Nelly Bassily | May 17, 2010
Devil’s claw is a plant native to southern Africa. The variety found in northern Namibia has the scientific name Harpagophytum zeyheri, or Xam!abo to the Khwe. A related plant named Harpagophytum procumbens is found in other regions, including Botswana and South Africa.
Devil’s claw is a shrub with lush foliage and red flowers. The plant gets its name from the miniature hooks that cover its fruit. Its active ingredients are harpagosides, which are found in the secondary root. Devil’s claw has been used for thousands of years in Africa for fever, rheumatoid arthritis, skin conditions, and conditions involving the gallbladder, pancreas, stomach and kidneys.
This story highlights the difficulties that can be encountered even when harvesters manage their own sustainable business. The world market affects prices, and even organic certification does not always guarantee a good return. While the product is managed sustainably, this is not enough. Some farmer’s organizations have joined together to get their products certified as organic or fair trade. Others find this route too expensive or unable to open as many doors as they hoped. While organic markets are small in Africa, there are opportunities for export. But can harvesters or small-scale farmers really benefit? This topic could make a good discussion or call-in/text-in show. You may wish to find some farmers’ organizations that grow certified organic crops and ask them about their experiences. Suggested questions:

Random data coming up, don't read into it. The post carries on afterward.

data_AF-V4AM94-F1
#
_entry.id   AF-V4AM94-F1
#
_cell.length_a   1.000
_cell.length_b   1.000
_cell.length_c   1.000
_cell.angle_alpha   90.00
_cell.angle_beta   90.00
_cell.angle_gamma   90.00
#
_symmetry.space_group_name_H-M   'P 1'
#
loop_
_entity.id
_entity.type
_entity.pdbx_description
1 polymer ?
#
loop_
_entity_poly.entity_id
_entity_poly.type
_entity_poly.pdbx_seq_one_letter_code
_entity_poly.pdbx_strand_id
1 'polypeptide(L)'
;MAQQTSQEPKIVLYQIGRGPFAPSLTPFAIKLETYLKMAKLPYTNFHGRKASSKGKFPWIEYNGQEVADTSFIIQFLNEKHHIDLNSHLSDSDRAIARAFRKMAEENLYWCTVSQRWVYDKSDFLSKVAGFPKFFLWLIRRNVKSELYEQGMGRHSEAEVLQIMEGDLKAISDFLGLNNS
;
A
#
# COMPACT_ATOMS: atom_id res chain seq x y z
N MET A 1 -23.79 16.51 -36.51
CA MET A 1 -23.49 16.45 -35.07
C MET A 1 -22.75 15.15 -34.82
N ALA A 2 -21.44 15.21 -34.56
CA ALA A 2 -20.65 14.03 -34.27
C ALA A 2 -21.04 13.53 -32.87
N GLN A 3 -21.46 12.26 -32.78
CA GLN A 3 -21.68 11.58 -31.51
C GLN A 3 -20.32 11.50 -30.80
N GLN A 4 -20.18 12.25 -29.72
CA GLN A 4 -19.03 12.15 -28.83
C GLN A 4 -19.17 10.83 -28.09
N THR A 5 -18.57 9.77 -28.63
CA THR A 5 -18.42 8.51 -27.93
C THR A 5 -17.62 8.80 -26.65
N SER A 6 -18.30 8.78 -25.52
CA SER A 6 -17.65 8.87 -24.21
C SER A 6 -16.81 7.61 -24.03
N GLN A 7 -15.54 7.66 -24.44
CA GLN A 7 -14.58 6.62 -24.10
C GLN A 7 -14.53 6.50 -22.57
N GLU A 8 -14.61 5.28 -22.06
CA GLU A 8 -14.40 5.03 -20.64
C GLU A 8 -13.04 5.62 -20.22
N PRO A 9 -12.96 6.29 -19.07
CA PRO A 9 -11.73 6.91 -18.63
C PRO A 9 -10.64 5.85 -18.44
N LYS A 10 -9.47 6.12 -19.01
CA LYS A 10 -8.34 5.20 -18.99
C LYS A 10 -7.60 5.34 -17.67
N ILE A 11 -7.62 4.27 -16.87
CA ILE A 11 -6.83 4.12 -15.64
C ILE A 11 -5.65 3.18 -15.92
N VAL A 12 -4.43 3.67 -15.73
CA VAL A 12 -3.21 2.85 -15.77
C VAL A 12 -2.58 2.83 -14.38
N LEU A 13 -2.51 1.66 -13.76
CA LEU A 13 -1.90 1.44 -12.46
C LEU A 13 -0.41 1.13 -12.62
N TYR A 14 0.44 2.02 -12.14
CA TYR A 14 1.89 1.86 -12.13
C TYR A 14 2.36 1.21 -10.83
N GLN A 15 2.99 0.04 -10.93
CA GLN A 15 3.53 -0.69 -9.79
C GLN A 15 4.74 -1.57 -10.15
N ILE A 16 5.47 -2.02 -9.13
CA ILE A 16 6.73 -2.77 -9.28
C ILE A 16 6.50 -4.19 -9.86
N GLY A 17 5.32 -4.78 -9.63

-What changes did they need to make in order to meet the certification requirements?
-What certification procedures (inspections, audits, etc.) were conducted?
-What costs were associated with making changes and meeting certification requirements?
-How has their income changed as a result of certification?
-What tips do they have for farmers or farmers’ cooperatives who wish to obtain certification?
-Why did they decide to apply for organic certification?
-How can harvesters like the San overcome pressures such as tourism and climate change to develop their business?
For more information on the Soil Association, the UK-based organization that certified devil’s claw, go to: http://www.soilassociation.org/.
More information on organic agriculture, certification and trade can be found at:
A booklet for farmers thinking about entering the organic export market can be downloaded at: http://www.agromisa.org/index.php?PageId=140&PerformAction=ShowDetail&RecordId=303&StartRecord=0.